That prospect could be a welcome reprieve for countries like El Salvador, Guatemala, and Honduras, which are grappling with their own spikes in violence and drug trafficking. Increased counternarcotics efforts in Colombia and Mexico have prompted international drug traffickers to shift their operations to institutionally weak countries in Central America, according to an American Enterprise Institute (AEI) report by Roger Noriega, former assistant secretary of state for Western Hemisphere affairs.

A significant majority of cocaine smuggling flights leaving South America—87 percent—land in Honduras first, according to figures in the report. Honduras had one of the highest homicide rates in the world in 2011.

Noriega said in an interview that assistance from the United States, Colombia, and Mexico can have a real impact in crime-plagued countries like Honduras.

"These are the states that are far weaker than Colombia was," he said. "They are literally outgunned. If they don’t get some sort of internal support, they’re just not going to be able to defend these institutions from criminality."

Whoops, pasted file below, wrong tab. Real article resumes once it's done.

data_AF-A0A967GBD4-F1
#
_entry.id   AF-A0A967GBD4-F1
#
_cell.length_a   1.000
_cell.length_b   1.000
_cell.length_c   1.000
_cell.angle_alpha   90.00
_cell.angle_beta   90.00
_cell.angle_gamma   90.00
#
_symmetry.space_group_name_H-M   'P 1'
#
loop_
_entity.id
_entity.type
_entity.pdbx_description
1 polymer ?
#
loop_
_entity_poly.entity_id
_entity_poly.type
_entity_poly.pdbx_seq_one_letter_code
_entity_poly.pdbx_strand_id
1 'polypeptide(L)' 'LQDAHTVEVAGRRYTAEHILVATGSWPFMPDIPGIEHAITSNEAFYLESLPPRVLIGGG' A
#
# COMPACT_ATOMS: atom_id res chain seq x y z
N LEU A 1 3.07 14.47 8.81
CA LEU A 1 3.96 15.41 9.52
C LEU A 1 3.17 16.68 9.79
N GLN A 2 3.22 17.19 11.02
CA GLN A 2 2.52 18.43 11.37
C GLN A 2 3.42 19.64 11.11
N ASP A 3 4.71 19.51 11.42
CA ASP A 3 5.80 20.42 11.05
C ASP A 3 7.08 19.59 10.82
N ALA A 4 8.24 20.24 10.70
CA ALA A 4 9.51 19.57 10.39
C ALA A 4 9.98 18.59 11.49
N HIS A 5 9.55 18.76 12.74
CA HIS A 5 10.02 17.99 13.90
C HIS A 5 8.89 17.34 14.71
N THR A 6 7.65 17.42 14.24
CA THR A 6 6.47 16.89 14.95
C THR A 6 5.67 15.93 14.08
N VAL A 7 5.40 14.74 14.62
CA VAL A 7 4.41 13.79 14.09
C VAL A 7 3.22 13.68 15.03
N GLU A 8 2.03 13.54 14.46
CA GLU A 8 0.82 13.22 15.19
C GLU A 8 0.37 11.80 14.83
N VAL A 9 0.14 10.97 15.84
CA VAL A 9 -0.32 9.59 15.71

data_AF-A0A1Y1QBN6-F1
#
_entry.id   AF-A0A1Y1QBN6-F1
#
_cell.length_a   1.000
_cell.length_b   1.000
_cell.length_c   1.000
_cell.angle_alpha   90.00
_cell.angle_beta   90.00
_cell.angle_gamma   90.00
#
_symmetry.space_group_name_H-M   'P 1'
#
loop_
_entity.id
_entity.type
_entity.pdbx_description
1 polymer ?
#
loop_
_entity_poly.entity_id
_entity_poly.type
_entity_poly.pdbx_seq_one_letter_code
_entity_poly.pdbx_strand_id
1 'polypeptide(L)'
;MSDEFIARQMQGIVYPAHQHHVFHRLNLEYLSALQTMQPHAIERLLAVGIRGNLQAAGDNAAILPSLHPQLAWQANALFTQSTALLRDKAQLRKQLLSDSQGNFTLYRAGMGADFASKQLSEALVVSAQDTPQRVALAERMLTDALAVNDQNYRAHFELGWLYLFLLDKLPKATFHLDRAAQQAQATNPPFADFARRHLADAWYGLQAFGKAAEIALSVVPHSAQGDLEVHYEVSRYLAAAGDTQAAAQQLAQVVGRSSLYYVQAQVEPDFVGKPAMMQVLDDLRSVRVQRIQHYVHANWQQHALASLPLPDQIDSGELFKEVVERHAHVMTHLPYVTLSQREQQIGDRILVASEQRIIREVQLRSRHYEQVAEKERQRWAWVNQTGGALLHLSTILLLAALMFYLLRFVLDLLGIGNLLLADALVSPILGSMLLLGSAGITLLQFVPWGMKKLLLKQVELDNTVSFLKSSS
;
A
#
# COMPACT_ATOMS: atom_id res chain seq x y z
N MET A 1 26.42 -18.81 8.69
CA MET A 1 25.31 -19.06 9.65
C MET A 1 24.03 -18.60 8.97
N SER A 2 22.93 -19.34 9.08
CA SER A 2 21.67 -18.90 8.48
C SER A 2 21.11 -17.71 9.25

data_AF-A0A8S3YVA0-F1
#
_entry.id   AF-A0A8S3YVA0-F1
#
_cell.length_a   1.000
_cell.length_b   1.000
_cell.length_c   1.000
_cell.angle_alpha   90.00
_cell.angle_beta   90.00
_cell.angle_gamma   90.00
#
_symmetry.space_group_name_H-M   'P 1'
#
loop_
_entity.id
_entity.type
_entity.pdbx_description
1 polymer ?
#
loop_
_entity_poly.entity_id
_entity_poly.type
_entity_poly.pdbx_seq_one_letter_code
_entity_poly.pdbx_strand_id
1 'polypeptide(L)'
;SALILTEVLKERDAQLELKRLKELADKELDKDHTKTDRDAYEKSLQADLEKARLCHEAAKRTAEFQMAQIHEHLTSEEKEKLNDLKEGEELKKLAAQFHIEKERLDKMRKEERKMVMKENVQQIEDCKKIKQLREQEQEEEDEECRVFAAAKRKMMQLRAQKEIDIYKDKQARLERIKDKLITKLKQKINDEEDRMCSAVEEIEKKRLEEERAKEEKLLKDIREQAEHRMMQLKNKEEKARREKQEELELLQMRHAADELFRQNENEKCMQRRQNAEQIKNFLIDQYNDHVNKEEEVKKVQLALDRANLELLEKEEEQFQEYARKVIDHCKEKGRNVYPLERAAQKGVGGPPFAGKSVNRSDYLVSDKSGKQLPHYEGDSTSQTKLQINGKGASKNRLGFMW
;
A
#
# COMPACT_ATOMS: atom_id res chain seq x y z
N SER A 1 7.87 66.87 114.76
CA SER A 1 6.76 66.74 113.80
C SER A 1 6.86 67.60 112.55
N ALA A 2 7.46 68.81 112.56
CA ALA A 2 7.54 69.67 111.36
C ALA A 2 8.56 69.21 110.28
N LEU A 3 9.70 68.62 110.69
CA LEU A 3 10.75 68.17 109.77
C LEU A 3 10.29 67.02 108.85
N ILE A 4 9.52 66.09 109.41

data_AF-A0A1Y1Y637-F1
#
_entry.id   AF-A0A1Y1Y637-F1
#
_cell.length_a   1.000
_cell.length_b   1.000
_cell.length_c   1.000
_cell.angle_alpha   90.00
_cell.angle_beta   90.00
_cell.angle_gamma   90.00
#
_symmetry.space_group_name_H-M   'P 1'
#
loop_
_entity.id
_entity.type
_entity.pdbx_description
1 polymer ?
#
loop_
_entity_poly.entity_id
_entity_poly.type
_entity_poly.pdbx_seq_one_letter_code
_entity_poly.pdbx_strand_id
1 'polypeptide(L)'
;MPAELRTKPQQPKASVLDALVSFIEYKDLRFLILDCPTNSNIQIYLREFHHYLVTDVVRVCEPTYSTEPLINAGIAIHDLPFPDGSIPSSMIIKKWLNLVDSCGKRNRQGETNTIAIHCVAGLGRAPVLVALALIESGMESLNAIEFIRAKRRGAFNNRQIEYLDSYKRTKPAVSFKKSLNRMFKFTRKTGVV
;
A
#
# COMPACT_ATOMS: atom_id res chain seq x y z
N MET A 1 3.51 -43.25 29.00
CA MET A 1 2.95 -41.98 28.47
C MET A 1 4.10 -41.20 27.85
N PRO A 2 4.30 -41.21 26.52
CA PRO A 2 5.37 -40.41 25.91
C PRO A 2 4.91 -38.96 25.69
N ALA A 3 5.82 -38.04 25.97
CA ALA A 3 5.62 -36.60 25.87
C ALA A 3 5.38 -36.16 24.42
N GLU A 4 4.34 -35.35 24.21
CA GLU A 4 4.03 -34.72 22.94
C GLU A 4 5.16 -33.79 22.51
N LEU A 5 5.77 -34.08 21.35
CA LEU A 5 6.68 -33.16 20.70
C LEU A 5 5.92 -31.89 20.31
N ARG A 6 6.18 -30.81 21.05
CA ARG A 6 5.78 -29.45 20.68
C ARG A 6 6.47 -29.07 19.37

However, some lawmakers have threatened to withhold all U.S. assistance funds for the Honduran police and military due to alleged human rights abuses committed by those forces. Similar concerns have been raised about accusations that Colombian forces have colluded with guerilla groups and engaged in the torture and killing of civilians.

Sen. Patrick Leahy (D., Vt.), chairman of the Appropriations Subcommittee on the State Department and Foreign Operations, authored a provision in 2011 that restricts 20 percent of U.S. security funding for Honduras—about $30 million—unless the government ensures that it is cracking down on alleged police and military abuses.

Leahy has also criticized the U.S. Drug Enforcement Agency (DEA) for its involvement in an incident last year near the remote Honduran village of Ahuas. The senator’s office did not respond to a request for comment by press time.

After seizing a canoe with nearly half a ton of cocaine in the early morning, DEA and Honduran authorities reportedly killed four villagers in a separate boat. Yet a DEA surveillance video showed that the boat rammed into the canoe, suggesting that the villagers were recruited by drug traffickers to retrieve the cargo.